Tulsa Attorney BlogViolation of An Oklahoma Protective Order Is a Crime!

If You Violate a Protective Order You Are Committing A Crime.

Video Transcribed: Violation of a protective order is a crime. I’m Tulsa attorney, James Wirth and I’m about to tell you about the crime of violation of a protective order.

Okay, so what does it mean to violate a protective order? When somebody files for a protective order, it is effective when it’s served on the defendant. So from that moment, they’re on notice that any violation of it is not just contempt of court like in any other order violation, it is actually a separate criminal offense.

That means that it is prosecuted not by the plaintiff, but by the district attorney. If it were a contempt, that would be prosecuted by the plaintiff. The onus would be on them to file the paperwork, draft it, set it for hearing, all of that. That is not the case here. Since 1982, protective orders have been available in Oklahoma and the whole purpose is to have an enforcement mechanism separate from contempt.

Okay. What happens if you violate a protective order? If a protective order is in place and then it is served, it then becomes effective. It has terms listed in that order. It could say that you have to vacate the house. It could say you have to stay away from the person, stay away from the child, whoever is on the protective order. It could have all of these various terms.

If they’re not complied with, then the other party does not file with the court; the other party calls the police. It’s reported as a crime. The police investigate it. They make a report, they send it to the district attorney. The district attorney then, can file an information and then based on the information, the judge could issue a warrant for arrest. The person’s picked up, goes to jail, and it’s a criminal case.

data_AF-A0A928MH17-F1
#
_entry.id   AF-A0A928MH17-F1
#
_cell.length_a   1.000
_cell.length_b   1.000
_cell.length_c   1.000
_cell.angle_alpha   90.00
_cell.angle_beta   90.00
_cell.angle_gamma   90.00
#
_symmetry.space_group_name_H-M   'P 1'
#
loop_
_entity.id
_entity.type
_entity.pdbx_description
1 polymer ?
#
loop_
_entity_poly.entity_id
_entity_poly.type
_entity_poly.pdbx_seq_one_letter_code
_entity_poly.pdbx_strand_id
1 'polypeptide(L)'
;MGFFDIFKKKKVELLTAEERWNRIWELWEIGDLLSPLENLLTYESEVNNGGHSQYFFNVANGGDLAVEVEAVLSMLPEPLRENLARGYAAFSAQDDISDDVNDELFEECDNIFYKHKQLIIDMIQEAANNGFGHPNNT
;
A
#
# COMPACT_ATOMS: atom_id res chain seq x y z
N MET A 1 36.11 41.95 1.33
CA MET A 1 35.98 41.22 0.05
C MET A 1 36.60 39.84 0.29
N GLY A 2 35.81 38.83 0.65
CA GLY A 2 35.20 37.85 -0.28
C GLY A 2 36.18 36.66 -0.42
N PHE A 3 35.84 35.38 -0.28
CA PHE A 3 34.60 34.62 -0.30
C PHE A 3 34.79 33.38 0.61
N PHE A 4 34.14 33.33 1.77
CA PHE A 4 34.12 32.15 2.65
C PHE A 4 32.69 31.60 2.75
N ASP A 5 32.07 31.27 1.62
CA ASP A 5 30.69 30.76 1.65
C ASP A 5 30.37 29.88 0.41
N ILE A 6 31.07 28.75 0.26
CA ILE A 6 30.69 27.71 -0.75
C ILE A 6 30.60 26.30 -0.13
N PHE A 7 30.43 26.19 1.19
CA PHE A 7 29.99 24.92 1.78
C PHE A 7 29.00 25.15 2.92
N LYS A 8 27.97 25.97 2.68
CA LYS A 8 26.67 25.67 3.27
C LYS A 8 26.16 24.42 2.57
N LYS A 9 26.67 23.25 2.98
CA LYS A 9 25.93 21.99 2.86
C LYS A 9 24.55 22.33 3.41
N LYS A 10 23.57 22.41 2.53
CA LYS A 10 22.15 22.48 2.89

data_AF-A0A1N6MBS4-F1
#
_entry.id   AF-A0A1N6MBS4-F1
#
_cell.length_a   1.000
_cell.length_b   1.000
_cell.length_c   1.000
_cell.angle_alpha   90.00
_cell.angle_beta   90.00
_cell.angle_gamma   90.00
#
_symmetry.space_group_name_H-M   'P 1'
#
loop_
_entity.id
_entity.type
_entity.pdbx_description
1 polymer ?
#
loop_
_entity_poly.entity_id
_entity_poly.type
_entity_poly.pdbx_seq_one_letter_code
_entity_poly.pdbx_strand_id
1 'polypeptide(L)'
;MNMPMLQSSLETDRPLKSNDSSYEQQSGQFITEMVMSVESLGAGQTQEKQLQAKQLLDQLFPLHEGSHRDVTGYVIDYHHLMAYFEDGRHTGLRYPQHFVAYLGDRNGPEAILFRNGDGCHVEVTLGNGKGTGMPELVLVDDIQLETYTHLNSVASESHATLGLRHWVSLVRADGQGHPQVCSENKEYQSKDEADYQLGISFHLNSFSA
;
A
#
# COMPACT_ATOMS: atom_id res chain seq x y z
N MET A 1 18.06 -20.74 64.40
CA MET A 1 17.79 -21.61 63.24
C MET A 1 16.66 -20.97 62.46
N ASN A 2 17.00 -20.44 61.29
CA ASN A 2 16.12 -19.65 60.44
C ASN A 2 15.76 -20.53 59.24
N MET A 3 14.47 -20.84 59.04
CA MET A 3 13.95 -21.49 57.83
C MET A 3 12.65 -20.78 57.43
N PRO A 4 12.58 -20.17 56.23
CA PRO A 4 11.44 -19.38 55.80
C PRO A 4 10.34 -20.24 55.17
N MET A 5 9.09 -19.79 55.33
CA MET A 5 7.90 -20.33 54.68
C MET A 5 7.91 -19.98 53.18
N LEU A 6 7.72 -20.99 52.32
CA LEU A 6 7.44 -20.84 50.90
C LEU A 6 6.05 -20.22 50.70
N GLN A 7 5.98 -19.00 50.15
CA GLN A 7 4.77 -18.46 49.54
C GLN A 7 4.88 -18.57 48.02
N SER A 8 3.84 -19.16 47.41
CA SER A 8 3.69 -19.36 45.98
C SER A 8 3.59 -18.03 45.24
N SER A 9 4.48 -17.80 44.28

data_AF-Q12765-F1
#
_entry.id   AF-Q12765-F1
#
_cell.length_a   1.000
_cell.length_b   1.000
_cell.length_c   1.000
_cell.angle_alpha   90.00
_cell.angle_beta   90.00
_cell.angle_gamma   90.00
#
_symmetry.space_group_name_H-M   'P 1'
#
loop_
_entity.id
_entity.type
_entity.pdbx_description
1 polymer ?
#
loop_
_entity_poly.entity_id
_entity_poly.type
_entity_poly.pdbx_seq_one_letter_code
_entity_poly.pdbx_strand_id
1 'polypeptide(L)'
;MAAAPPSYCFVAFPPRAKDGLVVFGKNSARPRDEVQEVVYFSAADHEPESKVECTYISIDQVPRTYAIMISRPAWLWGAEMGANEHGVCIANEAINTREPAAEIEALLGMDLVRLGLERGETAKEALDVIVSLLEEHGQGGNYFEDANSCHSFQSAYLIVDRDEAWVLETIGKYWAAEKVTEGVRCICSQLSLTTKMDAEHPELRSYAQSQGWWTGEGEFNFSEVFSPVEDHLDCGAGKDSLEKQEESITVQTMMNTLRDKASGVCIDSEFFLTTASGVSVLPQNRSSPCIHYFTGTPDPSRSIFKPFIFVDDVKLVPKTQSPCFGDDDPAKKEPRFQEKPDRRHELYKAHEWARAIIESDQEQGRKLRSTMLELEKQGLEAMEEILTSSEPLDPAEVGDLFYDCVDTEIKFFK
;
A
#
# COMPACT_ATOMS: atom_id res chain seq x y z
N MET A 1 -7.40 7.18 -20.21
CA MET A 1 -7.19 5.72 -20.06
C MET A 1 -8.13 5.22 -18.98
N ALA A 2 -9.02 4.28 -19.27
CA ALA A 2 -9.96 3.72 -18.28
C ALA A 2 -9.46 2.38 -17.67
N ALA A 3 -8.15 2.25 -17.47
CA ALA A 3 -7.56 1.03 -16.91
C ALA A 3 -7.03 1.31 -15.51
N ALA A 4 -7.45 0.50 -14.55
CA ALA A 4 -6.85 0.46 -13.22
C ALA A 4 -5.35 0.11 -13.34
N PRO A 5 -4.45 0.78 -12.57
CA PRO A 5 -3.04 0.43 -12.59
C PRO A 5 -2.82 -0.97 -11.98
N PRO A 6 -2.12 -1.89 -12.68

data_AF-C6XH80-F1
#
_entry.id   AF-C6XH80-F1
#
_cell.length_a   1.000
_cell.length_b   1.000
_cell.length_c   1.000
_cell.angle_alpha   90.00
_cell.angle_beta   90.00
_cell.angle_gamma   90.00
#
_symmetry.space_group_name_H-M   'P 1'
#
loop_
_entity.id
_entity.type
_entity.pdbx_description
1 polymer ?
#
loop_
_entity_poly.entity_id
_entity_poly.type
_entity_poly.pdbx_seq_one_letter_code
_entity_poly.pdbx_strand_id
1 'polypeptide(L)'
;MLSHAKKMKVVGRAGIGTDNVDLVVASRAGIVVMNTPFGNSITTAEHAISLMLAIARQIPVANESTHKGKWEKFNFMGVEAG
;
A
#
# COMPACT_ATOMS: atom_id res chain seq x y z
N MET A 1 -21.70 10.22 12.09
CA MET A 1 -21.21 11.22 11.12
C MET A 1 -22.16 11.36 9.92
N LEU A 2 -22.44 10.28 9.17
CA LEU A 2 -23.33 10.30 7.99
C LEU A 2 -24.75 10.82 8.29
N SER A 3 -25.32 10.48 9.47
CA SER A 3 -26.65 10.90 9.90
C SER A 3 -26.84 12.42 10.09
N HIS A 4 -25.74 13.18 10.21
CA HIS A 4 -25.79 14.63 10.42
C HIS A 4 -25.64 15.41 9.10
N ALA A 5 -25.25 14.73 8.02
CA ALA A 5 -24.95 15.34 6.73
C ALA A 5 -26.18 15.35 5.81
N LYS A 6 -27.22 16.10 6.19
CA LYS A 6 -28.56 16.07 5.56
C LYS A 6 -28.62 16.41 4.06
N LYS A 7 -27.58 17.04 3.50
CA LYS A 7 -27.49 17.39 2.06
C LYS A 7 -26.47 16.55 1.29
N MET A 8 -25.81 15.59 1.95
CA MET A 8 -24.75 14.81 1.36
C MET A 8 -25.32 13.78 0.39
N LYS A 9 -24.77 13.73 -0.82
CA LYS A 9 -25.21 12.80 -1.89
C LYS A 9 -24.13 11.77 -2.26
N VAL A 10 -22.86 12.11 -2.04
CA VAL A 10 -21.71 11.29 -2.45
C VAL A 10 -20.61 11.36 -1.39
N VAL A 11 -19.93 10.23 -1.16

Okay. So what is the punishment? So for a first offense in Oklahoma, violation of protective order, it is a misdemeanor. It has a possibility up to one year in jail and $1,000 fine. With proper representation, most of the time for a first offense, they don’t do one year in jail, but that is the range of punishment. If you have a prior, if the defendant has a prior conviction for violating a protective order and they get another one, now it’s a felony. It can be charged as a felony with up to three years in jail and up to a $2,000 fine. So it becomes more serious at that point because it could be a felony conviction that haunts you for a very long period of time.

What you want to do is if you are served with a protective order is you want to comply with the protective order. You want to go into court and you want to deal with it in court. You want to be very sure that you don’t violate it and risk the prosecution there. If you’re the plaintiff on a protective order and there’s a violation, big or small, you need to call it in. You cannot give the other side permission to violate a protective order.

Any kind of violation you need to report to the police. Not every violation is prosecuted. It’s ultimately up to the discretion of the officer what they do with it and then the district attorney on whether to file.

But if you’re the plaintiff, it’s important that you not violate your own protective order and undermine it and it’s important to report all violations because even though one violation may not be serious, it could be an incremental step to a more serious one. So you need to report them all.

But don’t take my general advice and my word for it here. For your specific circumstances, talk to an attorney that can talk about your specifics. If you want to talk with me, give me a call, 918-879-1681 or you can reach me through my website, wirthlawoffice.com.


"Make law easy!"